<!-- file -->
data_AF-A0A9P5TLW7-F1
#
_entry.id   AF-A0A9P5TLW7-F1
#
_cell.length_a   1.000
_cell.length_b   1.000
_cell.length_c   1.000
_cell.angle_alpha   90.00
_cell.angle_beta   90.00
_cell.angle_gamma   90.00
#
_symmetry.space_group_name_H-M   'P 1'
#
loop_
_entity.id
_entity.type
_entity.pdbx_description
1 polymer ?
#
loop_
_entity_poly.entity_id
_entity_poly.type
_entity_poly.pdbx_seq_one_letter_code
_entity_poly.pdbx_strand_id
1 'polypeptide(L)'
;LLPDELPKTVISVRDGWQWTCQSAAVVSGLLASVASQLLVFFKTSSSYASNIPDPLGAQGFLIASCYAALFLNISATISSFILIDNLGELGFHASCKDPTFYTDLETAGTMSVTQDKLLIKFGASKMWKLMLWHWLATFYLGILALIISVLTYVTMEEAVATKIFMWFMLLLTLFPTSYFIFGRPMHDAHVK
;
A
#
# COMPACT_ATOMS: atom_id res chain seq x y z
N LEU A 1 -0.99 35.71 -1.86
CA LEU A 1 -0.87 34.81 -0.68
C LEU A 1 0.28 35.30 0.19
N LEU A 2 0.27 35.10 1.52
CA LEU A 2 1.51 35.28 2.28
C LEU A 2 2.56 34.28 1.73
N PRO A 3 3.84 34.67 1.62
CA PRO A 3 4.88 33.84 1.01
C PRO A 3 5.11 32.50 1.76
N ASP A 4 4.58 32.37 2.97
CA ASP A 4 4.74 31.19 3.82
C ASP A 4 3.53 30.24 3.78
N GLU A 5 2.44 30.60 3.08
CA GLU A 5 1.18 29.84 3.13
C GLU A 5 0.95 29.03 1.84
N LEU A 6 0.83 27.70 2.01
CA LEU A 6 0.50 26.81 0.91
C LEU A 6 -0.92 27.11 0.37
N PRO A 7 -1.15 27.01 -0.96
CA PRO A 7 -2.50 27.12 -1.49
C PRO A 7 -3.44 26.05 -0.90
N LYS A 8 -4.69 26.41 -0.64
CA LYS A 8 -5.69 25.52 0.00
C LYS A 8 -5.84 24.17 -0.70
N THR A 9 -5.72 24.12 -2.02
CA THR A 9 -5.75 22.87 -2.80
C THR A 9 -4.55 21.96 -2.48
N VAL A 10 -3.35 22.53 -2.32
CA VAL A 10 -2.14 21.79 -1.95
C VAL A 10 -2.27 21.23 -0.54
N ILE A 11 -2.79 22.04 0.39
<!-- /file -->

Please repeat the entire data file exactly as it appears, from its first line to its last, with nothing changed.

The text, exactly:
data_AF-A0A9P5TLW7-F1
#
_entry.id   AF-A0A9P5TLW7-F1
#
_cell.length_a   1.000
_cell.length_b   1.000
_cell.length_c   1.000
_cell.angle_alpha   90.00
_cell.angle_beta   90.00
_cell.angle_gamma   90.00
#
_symmetry.space_group_name_H-M   'P 1'
#
loop_
_entity.id
_entity.type
_entity.pdbx_description
1 polymer ?
#
loop_
_entity_poly.entity_id
_entity_poly.type
_entity_poly.pdbx_seq_one_letter_code
_entity_poly.pdbx_strand_id
1 'polypeptide(L)'
;LLPDELPKTVISVRDGWQWTCQSAAVVSGLLASVASQLLVFFKTSSSYASNIPDPLGAQGFLIASCYAALFLNISATISSFILIDNLGELGFHASCKDPTFYTDLETAGTMSVTQDKLLIKFGASKMWKLMLWHWLATFYLGILALIISVLTYVTMEEAVATKIFMWFMLLLTLFPTSYFIFGRPMHDAHVK
;
A
#
# COMPACT_ATOMS: atom_id res chain seq x y z
N LEU A 1 -0.99 35.71 -1.86
CA LEU A 1 -0.87 34.81 -0.68
C LEU A 1 0.28 35.30 0.19
N LEU A 2 0.27 35.10 1.52
CA LEU A 2 1.51 35.28 2.28
C LEU A 2 2.56 34.28 1.73
N PRO A 3 3.84 34.67 1.62
CA PRO A 3 4.88 33.84 1.01
C PRO A 3 5.11 32.50 1.76
N ASP A 4 4.58 32.37 2.97
CA ASP A 4 4.74 31.19 3.82
C ASP A 4 3.53 30.24 3.78
N GLU A 5 2.44 30.60 3.08
CA GLU A 5 1.18 29.84 3.13
C GLU A 5 0.95 29.03 1.84
N LEU A 6 0.83 27.70 2.01
CA LEU A 6 0.50 26.81 0.91
C LEU A 6 -0.92 27.11 0.37
N PRO A 7 -1.15 27.01 -0.96
CA PRO A 7 -2.50 27.12 -1.49
C PRO A 7 -3.44 26.05 -0.90
N LYS A 8 -4.69 26.41 -0.64
CA LYS A 8 -5.69 25.52 0.00
C LYS A 8 -5.84 24.17 -0.70
N THR A 9 -5.72 24.12 -2.02
CA THR A 9 -5.75 22.87 -2.80
C THR A 9 -4.55 21.96 -2.48
N VAL A 10 -3.35 22.53 -2.32
CA VAL A 10 -2.14 21.79 -1.95
C VAL A 10 -2.27 21.23 -0.54
N ILE A 11 -2.79 22.04 0.39